NGO enrols 30 children in schools, drills boreholes in Kaduna

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NGO enrols 30 children in schools, drills boreholes in Kaduna

The Centre for Charity and Development for Women and Children in Africa (CCDWCA), an NGO, says it has enrolled over 30 children into various schools in Kaduna State as parts of its intervention at addressing out-of-school syndrome in the state.

The Spokesperson of the organisation, Malam Hamisu Alkhamees, disclosed this in an interview with the News Agency of Nigeria (NAN) in Abuja on Monday.

According to him, the efforts are targeted at assisting the less privileged children access quality education, as well as provide clean water for the people in Magwanda village in Zaria Local Government Area of the state.

“We initiated free education programme to the less privilege people in Zaria communities where about 30 children were enrolled into primary and secondary schools and we are not only paying their school fees, but also monitoring and assisting their home activities.

“We are also currently building boreholes in three communities located in Magwanda village which is to help children and women in that area to have access to good water.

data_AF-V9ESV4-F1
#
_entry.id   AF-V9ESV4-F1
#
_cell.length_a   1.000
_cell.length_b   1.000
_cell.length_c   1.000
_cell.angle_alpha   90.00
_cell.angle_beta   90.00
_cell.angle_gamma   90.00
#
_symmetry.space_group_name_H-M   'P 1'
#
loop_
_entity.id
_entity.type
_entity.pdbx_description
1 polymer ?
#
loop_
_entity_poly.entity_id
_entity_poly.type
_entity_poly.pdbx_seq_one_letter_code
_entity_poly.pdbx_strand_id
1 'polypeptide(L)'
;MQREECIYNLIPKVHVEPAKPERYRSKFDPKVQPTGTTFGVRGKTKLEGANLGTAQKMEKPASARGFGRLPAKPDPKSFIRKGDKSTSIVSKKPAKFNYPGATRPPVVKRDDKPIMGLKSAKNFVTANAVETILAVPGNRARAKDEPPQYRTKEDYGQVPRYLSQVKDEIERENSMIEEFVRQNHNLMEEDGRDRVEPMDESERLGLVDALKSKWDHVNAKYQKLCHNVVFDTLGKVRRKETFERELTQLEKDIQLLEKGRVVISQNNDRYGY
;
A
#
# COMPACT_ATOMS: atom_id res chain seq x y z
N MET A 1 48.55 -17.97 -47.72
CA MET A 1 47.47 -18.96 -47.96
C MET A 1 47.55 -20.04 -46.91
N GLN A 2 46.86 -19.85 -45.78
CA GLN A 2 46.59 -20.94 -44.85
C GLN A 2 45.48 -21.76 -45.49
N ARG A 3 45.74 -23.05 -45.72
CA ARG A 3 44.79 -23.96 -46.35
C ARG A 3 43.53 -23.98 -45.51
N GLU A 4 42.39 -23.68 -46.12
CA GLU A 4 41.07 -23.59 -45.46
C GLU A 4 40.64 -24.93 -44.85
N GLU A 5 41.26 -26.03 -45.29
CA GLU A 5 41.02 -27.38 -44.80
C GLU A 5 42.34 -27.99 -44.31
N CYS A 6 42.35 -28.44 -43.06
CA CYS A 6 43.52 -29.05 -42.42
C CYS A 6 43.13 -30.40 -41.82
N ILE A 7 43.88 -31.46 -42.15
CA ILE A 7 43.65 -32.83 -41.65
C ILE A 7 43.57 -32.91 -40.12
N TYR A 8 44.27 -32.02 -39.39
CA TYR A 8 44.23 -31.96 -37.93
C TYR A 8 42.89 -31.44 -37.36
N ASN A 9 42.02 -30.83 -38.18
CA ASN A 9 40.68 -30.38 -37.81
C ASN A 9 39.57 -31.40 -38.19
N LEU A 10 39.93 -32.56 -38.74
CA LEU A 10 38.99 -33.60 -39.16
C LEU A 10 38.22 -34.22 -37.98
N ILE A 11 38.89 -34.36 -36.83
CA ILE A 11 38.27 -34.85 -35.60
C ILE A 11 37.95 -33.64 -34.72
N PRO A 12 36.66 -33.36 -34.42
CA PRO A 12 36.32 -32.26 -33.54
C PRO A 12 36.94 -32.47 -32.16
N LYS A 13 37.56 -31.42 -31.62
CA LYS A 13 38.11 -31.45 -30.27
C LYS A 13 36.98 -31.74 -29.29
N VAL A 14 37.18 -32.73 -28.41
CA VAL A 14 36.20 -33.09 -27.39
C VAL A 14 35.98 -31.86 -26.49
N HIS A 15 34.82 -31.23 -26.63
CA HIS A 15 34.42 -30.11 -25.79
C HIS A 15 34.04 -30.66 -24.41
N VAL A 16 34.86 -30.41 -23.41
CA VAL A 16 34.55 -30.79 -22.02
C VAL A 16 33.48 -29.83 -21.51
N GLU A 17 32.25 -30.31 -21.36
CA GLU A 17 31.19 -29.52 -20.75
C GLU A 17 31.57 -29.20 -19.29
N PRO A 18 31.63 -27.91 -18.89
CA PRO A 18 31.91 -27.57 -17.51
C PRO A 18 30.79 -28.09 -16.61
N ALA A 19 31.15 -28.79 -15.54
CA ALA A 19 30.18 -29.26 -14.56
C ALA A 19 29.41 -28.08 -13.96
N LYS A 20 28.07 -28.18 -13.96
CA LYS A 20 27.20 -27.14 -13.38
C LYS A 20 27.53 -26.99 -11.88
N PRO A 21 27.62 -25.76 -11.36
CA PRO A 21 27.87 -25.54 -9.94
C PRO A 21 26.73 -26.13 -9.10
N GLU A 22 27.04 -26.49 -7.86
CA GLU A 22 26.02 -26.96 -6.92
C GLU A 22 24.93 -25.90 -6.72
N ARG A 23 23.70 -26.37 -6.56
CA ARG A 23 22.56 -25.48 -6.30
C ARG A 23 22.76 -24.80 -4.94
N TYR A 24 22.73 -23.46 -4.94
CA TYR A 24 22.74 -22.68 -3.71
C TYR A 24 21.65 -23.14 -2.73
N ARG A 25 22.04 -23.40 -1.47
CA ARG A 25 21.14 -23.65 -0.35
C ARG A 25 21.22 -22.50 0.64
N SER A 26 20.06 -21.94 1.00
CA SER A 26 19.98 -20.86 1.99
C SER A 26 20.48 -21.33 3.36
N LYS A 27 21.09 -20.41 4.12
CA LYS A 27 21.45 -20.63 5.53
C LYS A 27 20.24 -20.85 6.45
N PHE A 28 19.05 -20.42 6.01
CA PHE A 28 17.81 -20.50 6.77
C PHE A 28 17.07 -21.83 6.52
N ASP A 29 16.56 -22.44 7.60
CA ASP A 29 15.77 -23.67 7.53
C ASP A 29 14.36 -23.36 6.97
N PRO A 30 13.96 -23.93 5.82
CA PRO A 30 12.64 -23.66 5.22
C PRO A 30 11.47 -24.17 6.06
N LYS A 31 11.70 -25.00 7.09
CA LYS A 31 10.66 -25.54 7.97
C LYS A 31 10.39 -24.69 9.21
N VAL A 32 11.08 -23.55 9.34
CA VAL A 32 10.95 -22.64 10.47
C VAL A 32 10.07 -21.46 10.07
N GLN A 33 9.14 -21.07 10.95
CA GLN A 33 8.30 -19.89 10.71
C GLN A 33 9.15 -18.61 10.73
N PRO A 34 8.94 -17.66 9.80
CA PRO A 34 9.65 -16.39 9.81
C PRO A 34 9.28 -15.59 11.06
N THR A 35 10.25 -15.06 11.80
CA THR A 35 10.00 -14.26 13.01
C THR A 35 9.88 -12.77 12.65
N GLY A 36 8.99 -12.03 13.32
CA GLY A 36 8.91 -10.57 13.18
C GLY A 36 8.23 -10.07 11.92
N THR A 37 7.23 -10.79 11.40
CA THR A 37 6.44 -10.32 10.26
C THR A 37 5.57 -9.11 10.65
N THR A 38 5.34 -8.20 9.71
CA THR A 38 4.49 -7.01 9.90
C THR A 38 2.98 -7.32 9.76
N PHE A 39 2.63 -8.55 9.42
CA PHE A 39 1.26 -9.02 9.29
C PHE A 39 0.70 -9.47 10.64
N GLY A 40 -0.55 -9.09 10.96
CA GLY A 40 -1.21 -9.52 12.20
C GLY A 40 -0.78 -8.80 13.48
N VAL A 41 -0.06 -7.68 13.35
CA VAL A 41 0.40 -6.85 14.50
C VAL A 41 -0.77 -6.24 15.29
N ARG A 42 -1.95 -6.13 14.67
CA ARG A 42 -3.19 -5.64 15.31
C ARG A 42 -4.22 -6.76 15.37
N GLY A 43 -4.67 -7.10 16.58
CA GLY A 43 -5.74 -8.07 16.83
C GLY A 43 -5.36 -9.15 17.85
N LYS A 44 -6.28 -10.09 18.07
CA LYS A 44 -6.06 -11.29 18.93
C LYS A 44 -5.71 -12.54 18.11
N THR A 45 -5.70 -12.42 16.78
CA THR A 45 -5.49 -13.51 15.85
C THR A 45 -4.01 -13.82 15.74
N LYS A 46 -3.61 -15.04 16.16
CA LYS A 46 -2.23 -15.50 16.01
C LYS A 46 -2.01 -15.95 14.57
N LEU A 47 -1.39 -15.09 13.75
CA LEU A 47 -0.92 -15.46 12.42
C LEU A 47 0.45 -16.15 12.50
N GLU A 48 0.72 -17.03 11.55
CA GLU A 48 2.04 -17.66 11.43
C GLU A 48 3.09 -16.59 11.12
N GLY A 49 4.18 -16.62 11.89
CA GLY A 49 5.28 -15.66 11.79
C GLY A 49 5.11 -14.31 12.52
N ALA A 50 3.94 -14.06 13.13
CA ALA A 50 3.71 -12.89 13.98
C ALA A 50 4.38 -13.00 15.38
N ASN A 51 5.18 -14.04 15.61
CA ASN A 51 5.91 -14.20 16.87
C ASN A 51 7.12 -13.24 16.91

“One is located in front of the primary school of the village, the other one in the front of their clinic and the last one in the interior of the village,’’ he said.

He decried the high rate of underage beggars and house-helps roaming the streets, giving rise to increased incidences of molestation, rape and criminal activities.

“The number of children left behind most especially in northern Nigeria is something to worry

about. Some of them are having lack of access to good education, healthcare why some are used as housemaids. ‘’

He advised parents to embrace family planning to curtail the number of children they could manage within their financial status to avoid incurring any hardship on the children.

“So, there is need for parents to practice birth control in accordance with their economic status on how many children they can easily cater for.’’

Alkhamees, therefore, called on religious leaders, NGOs, traditional leaders and other stakeholders to promote access to education, improved healthcare and provide water to communities to improve lives.